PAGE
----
Meet the Maker: Wolf and Bee
Lizzy Kyriacou from Wolf and Bee makes needle-felted art, fun decorations and gorgeous, tactile pieces inspired by the seasons. Here she talks to fellow Folksy maker Bev Seth about her creative journey, the comfort and distraction needle-felting has given her during the past two years of uncertainty, and the happiness that can be found creating shape and form from a fluffy pile of wool…
Shop Wolf and Bee on Folksy – folksy.com/shops/WolfandBee
Hello Wolf and Bee! I think it’s time for introductions – who are you, where do you work and what do you do?
Hi Bev, I’m Lizzy and I run my small business, Wolf & Bee, from my attic studio in Hertfordshire. Wolf & Bee is predominantly needle-felted art and fun, seasonally inspired pieces.
It’s something I fell into by accident after being invited to a local ‘Create Conversations’ gathering where we were asked to take a piece we were currently working on. My work at the time was large textile art pieces and paintings that would have been a struggle to transport, so I grabbed a needle felting kit from my daughter’s bedroom and, while chatting all things creative, happened to absentmindedly make a little dog. It was very therapeutic and satisfying to create shape and form from a fluffy pile of wool. I was hooked!
Can you tell us how you make your lovely pieces? What techniques do you use? Are they traditional or have you developed them to suit your work?
The joy of needle felting is there aren’t any hard and fast rules and you need very few tools. Wool, barbed needles and a felting mat are my three main tools. It’s very low maintenance and can be taken with you anywhere. I’ve created pieces on trains and planes. It’s the equivalent of taking your knitting around with you.
Like any art form, we all create our own signature style. I think, in my work, this is best seen in my pet portraits where I get to use wool like paint, blending fibres and applying them with a needle rather than a brush. It’s very satisfying to see a form coming together.
When creating my pet portraits I use wool like paint, blending fibres and applying them with a needle rather than a brush.Lizzy Kyriacou, Wolf & Bee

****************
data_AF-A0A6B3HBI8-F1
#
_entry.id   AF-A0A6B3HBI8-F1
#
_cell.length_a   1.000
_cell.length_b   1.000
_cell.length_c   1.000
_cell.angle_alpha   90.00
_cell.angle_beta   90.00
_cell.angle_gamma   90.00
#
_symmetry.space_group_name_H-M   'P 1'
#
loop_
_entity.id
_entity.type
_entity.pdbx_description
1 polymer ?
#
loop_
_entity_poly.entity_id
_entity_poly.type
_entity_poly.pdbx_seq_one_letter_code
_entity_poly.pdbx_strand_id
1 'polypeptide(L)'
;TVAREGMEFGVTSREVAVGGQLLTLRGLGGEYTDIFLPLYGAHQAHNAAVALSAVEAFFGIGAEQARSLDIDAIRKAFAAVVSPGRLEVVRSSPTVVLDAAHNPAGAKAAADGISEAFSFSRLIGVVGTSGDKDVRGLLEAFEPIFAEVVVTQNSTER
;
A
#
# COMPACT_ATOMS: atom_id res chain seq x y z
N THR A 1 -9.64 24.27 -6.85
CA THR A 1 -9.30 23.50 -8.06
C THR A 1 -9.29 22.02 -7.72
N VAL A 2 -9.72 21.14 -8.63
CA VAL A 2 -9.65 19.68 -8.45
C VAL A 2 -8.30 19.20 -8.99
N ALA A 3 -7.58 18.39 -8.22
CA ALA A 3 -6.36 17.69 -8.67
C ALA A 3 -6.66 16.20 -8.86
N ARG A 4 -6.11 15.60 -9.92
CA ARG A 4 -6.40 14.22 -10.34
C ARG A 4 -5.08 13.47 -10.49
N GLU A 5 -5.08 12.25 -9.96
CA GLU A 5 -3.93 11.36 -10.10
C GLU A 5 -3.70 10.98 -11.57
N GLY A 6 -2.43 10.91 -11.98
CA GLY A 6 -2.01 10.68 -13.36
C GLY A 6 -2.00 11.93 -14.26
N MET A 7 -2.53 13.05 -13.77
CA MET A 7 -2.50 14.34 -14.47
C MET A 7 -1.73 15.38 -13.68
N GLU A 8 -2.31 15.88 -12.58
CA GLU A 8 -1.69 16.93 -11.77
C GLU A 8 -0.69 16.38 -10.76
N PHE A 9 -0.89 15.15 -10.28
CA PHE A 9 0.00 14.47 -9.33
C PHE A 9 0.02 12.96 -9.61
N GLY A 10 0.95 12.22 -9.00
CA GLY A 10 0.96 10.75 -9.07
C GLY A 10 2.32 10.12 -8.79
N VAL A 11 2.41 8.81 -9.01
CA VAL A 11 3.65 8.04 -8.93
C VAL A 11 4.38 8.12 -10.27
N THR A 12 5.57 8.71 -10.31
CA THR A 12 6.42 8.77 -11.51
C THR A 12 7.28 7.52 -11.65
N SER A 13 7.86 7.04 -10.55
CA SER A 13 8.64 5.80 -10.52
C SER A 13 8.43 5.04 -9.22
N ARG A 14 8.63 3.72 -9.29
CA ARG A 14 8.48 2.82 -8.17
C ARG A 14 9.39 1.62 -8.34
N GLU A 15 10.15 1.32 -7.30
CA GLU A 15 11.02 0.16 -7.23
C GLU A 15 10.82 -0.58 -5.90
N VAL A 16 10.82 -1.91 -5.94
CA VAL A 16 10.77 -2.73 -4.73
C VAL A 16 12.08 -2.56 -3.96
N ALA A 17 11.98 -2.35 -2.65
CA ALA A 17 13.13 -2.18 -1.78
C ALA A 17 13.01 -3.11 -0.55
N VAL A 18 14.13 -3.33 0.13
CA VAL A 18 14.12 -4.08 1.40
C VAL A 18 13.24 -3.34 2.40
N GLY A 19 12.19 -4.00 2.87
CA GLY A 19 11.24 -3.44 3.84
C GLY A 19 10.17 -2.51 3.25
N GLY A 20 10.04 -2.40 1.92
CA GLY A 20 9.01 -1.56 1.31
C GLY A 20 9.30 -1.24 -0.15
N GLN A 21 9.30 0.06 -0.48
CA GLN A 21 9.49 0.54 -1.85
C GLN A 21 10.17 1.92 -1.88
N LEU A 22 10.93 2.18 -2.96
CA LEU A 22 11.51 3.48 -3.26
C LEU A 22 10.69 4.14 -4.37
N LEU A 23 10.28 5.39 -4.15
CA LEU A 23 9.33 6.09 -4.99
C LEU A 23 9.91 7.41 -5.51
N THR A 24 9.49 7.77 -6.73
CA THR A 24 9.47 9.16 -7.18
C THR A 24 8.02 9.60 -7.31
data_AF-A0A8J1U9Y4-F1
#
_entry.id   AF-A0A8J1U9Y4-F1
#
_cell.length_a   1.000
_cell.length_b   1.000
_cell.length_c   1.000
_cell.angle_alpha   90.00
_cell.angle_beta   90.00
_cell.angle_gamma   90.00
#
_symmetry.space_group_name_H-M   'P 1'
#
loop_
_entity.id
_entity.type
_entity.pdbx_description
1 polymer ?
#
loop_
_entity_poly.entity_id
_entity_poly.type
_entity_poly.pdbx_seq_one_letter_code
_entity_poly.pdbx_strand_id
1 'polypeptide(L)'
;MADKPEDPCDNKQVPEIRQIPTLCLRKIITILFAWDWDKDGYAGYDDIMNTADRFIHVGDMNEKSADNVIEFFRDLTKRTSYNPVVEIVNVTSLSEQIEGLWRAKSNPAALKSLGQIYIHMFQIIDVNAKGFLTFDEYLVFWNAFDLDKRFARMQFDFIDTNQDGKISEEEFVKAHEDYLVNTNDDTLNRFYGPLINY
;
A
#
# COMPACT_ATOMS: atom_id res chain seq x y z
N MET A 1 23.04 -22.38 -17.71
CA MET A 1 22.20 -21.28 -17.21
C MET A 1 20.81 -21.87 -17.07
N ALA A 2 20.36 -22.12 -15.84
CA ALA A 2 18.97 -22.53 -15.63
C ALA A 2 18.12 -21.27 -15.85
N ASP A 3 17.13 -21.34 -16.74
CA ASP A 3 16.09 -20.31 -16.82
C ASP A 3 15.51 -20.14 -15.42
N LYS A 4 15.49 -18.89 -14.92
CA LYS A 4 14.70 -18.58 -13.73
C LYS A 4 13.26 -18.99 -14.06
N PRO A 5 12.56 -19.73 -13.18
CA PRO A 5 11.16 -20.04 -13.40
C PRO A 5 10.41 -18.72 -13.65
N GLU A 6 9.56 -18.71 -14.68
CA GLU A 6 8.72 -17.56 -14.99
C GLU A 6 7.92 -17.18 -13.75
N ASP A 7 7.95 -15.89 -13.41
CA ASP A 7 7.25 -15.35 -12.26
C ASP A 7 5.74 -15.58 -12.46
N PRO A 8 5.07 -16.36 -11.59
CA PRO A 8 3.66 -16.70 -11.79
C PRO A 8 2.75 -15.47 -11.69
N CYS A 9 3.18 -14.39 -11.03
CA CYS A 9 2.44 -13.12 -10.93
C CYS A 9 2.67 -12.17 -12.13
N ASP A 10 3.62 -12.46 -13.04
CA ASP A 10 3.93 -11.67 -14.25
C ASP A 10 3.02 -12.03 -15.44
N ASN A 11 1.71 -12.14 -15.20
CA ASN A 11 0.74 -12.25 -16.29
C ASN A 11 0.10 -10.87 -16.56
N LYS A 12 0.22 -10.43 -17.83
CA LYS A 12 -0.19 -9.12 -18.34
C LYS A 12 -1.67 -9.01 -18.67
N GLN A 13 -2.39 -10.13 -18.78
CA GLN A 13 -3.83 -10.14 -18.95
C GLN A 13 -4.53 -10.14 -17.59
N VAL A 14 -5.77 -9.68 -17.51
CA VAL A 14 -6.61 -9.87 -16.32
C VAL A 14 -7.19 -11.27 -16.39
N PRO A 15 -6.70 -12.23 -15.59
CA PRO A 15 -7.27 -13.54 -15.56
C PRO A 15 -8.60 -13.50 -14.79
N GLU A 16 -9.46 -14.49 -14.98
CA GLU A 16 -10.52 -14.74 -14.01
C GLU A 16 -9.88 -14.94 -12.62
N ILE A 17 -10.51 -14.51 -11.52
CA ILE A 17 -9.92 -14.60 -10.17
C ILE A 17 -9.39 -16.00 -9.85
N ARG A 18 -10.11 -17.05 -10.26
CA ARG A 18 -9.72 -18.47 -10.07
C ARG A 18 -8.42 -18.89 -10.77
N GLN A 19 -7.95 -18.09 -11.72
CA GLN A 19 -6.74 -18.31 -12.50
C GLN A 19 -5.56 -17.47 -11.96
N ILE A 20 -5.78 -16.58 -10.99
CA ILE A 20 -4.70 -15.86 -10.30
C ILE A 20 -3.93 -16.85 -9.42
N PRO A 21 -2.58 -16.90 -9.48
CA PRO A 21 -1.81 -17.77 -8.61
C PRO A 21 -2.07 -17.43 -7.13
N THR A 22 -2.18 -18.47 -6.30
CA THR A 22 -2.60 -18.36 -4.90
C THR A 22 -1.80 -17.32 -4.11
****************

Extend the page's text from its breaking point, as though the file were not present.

Still thinking about the process, how do you get to the finished piece? What stages of inspiration and design development do you go through?
I think my work is quite eclectic and I have lots of ideas buzzing around in my head all the time.
Every day gives some inspiration in one form or another. I have 26,000 photos on my phone at the moment (not good for storage capacity and definitely needs some housekeeping!). I snap away when I’m out with my dog Daisy, walking in the pretty Hertfordshire countryside. I also love stark urban landscapes and wide open seascapes – all very contrasting but each sparking something that might end up in a felt or art piece.
I also try to take a sketchbook on my travels, mostly using oil pastels to draw plants and insects that catch my eye, or a detail from an interesting building.
As we emerge from the pandemic I’m feeling I can look forward with more clarity, which opens up some new and exciting options… I’m now feeling ready to spread my wings a little more.Lizzy Kyriacou, Wolf & Bee
If we agree most of this productive effort we all undergo is a journey, a) where do you think you are now, and b) how did you get here?
I fully agree that our productive effort is a journey.
Right now I’m at a junction where I’m considering, more than ever, my next creative step. As we emerge from the pandemic I’m feeling I can look forward with more clarity, which opens up some new and exciting options, including bringing my painting and illustrating more to the foreground. Needle felting has been a great therapy and distraction over the past two years of uncertainty. I’m now feeling ready to spread my wings a little more and bring some new pieces to my Folksy shop, using paint and ink as well as wool.